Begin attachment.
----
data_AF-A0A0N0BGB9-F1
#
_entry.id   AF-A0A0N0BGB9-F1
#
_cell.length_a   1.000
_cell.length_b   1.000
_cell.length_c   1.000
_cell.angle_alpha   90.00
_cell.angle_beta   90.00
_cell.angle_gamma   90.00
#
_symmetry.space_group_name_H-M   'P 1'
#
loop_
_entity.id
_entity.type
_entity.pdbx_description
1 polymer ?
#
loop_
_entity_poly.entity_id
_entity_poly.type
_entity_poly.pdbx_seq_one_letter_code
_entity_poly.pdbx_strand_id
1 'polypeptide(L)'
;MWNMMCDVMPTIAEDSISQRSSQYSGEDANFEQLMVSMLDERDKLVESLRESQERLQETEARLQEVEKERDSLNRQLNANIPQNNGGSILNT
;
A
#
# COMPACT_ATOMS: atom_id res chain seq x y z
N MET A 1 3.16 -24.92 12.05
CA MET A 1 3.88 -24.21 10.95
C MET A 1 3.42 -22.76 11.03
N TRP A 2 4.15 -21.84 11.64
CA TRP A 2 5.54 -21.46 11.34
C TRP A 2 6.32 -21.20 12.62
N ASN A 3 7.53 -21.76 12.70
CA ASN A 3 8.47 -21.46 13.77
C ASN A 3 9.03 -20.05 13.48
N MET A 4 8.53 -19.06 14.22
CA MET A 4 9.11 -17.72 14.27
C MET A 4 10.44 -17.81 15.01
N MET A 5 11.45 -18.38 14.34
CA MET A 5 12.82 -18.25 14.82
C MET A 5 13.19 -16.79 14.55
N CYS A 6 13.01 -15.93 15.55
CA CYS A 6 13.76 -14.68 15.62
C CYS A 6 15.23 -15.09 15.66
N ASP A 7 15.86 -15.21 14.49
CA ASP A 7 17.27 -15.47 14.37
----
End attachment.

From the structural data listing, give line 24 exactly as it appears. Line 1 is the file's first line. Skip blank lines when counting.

_entity_poly.pdbx_strand_id